Hague Service Convention

New Decision on Email Service Under the Hague Service Convention

Regular TLB readers may recall that federal district courts are struggling with an important procedural question: whether they may authorize email service when the defendant resides in a country that is party to the Hague Service Convention. In Smart Study Co. v. Acuteye-U.S., Judge Gregory H. Woods (SDNY) held that the answer is no. The…

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Binding Non-Signatories to Service-of-Process Clauses

I have previously blogged about attempts to bind non-signatories to choice-of-law clauses and forum selection clauses via the closely-related-and-foreseeable doctrine. My general take is that while it is sometimes appropriate to rely on this doctrine in cases involving forum selection clauses, it is never appropriate to rely on it to bind a non-signatory to a…

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Preliminary Injunctions and the Hague Service Convention

Kitchenaid

In Whirlpool Corporation v. Shenzhen Sanlida Electrical Technology Company, the Fifth Circuit addressed the interaction between the Hague Service Convention and the preliminary injunction. Briefly, Whirlpool sued Shenzhen in the Eastern District of Texas for trademark and trade dress infringement related to Whirlpool’s “iconic” KitchenAid mixer. (Much like a prior Seventh Circuit case, this one…

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New Scholarship on the Hague Service Convention

Thomas G. Vanderbeek recently published a note in the Vanderbilt Law Review that considers whether and to what extent parties should be permitted to “contract around” the Hague Service Convention (HSC). The conventional wisdom holds that the best way to avoid the HSC is to appoint a local agent to receive service of process. Once…

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Further Developments in Smart Study

TLB has been following Smart Study v. Happy Party-001, a Chinese counterfeiting case in the Southern District of New York, since Judge Gregory Woods issued his thoughtful opinion last summer concluding that service by email on Chinese defendants is not permitted by the Hague Service Convention (a decision we covered in a prior blog post)….

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The Impossibility of Serving Russian Defendants

The Hague Service Convention is a blessing and a curse. By obligating each country that has joined to designate a Central Authority for effectuating service of process on defendants within its territory, the Convention provides a means of service that respects foreign sovereignty, complies with federal rules, and helps ensure the enforceability of resulting judgments….

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A Primer on Service of Process

Serving process on a defendant does two things: (1) it asserts the court’s authority over the defendant; and (2) it provides the defendant with notice of the lawsuit. In the United States, process can be served by private parties. But many foreign states regard service as a public act that can be done only by…

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A Primer on Judicial Assistance Treaties

[This post is one in a series of primers on various topics in transnational litigation. More primers can be found on our topic pages, accessible by clicking Topics at the top of the page.] In transnational litigation it will often be necessary to do something within the territory of another state, such as serve process,…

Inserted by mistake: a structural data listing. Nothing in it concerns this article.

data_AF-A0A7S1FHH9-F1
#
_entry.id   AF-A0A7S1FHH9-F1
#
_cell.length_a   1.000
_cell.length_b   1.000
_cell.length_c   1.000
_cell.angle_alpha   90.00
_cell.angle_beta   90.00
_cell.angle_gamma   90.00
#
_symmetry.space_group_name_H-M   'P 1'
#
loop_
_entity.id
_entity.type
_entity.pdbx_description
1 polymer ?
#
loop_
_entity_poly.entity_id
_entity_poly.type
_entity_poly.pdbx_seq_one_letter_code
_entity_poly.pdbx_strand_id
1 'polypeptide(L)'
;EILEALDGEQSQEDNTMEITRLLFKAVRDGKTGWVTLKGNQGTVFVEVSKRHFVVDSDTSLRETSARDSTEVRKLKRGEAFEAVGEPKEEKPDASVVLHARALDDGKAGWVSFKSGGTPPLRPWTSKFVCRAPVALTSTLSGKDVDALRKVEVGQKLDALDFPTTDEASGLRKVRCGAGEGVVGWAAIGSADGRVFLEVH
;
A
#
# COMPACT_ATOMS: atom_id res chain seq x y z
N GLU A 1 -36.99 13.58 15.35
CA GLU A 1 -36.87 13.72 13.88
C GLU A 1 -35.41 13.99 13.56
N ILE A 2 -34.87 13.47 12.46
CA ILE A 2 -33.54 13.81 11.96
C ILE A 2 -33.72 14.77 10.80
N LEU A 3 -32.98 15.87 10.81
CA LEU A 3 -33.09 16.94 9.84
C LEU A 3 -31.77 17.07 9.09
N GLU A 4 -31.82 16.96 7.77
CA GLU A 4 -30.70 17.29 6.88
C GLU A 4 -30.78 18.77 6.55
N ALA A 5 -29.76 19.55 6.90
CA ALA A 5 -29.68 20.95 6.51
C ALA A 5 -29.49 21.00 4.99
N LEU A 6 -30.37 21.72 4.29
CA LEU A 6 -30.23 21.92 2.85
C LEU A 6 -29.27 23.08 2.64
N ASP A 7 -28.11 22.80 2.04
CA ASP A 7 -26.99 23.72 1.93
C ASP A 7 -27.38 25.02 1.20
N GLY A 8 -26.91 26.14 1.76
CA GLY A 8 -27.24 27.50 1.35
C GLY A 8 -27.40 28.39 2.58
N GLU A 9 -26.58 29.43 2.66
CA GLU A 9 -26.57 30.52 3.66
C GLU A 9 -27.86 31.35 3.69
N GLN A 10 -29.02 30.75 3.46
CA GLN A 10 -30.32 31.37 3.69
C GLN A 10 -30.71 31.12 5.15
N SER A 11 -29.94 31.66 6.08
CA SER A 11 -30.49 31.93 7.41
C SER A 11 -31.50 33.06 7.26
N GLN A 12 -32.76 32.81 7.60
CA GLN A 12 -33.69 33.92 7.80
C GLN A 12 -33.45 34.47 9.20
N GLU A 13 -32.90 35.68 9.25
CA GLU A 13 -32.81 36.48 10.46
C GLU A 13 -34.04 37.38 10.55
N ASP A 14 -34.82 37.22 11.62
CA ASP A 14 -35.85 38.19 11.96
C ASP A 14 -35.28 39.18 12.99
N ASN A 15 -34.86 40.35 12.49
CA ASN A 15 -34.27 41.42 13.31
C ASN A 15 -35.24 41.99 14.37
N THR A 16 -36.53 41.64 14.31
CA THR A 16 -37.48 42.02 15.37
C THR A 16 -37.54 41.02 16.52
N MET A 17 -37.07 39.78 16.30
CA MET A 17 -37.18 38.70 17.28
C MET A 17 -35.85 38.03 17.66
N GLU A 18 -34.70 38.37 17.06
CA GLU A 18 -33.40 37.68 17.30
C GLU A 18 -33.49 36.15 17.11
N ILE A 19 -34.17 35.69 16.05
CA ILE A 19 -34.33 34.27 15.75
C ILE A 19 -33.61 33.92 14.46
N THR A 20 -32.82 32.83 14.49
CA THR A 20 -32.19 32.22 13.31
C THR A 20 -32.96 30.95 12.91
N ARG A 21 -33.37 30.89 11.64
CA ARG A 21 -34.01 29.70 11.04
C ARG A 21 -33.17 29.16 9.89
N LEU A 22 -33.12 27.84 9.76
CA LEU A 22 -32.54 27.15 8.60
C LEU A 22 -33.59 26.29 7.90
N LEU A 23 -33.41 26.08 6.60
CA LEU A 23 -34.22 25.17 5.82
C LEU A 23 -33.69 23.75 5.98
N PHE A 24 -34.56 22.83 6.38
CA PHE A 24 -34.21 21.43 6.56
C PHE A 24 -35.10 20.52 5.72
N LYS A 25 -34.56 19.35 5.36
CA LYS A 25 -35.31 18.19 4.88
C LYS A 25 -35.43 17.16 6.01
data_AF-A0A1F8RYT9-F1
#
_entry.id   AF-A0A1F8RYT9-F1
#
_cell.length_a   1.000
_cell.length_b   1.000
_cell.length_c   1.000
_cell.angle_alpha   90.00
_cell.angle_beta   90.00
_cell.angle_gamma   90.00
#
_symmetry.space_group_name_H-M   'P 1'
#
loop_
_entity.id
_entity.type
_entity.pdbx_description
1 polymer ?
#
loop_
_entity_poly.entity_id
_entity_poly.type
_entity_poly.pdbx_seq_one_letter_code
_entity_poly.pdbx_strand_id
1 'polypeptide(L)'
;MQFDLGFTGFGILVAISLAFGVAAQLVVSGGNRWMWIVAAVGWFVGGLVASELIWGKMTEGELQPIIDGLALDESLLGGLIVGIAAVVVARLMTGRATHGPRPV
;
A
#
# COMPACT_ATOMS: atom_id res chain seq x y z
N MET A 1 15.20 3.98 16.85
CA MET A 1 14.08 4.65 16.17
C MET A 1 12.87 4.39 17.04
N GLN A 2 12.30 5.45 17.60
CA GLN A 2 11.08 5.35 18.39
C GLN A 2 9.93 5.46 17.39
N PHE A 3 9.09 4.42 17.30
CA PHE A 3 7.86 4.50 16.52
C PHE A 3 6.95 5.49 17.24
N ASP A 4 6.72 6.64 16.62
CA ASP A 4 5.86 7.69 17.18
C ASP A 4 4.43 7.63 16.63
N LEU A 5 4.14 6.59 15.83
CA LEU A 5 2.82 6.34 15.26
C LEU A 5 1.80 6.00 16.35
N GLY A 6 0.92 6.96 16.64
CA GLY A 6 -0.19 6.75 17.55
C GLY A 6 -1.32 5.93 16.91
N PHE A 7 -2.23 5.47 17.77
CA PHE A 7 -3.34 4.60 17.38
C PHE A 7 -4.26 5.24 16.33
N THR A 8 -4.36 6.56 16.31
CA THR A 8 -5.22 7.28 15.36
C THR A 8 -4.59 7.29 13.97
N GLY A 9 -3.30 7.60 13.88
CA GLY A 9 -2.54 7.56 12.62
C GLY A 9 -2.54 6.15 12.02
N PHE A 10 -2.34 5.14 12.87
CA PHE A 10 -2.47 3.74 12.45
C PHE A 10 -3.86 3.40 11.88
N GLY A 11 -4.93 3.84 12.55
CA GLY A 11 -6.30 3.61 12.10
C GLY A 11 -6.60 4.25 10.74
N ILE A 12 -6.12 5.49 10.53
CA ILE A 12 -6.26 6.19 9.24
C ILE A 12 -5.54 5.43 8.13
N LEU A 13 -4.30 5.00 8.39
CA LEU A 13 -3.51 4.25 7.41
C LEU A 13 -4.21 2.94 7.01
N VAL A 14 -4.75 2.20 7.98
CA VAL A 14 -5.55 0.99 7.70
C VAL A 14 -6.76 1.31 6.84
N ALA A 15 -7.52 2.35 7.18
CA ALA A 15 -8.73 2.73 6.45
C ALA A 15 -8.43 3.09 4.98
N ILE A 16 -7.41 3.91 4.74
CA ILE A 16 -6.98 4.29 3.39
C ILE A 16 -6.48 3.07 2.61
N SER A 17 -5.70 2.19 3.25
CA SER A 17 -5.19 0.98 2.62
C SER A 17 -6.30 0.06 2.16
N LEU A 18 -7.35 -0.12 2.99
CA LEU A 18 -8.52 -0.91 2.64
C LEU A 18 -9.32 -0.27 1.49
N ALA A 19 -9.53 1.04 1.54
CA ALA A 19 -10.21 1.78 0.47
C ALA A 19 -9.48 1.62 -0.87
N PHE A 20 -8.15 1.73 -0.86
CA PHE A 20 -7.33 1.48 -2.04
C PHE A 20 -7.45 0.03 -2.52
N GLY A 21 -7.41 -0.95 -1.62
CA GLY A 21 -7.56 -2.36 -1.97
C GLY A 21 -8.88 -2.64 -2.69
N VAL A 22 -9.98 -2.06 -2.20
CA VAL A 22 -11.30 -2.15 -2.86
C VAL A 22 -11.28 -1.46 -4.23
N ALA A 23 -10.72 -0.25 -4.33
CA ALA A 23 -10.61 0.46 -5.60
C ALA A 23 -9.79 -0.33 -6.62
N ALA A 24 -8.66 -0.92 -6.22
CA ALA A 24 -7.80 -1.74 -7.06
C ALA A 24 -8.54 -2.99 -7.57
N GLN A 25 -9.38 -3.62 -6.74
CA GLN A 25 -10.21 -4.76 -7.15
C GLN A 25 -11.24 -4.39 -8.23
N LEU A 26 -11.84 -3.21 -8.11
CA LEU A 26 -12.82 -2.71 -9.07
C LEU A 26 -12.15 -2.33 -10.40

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Seeking Second Circuit Review of Service in Smart Study

The plaintiff in Smart Study has attempted to appeal Judge Woods’ careful decision concluding that the Hague Service Convention does not permit service by email.

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Serving Defendants in Ukrainian Territory Occupied by Russia

Both Russia and Ukraine are member states of the 1965 Convention on the Service Abroad of Judicial and Extrajudicial Documents in Civil or Commercial Matters (Hague Service Convention (HSC)). After Russia occupied the Autonomous Republic of Crimea and its capital city, Sevastopol, and exercised control over certain areas of Ukraine (the “Occupied Areas”), Ukraine filed…

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Ingrid (Wuerth) Brunk

Vanderbilt Law School
ingrid.wuerth@vanderbilt.eduEmail

William Dodge

UC Davis School of Law
wsdodge@ucdavis.eduEmail

Maggie Gardner

Cornell Law School
mgardner@cornell.eduEmail

John F. Coyle

University of North Carolina School of Law
jfcoyle@email.unc.eduEmail

Zachary D. Clopton

Northwestern Pritzker School of Law
zclopton@law.northwestern.eduEmail

Aaron D. Simowitz

Willamette University College of Law
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Timothy D. Lytton

Georgia State University College of Law
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Chukwuma Okoli

University of Birmingham
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Abubakri Yekini

University of Manchester
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Haley Anderson

University of California Berkeley
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Brian D. Hulse

Davis Wright Tremaine LLP
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Wenliang Zhang

Renmin University of China Law School
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Haoxiang Ruan

Renmin University of China Law School
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Melissa Kucinski

MKFL
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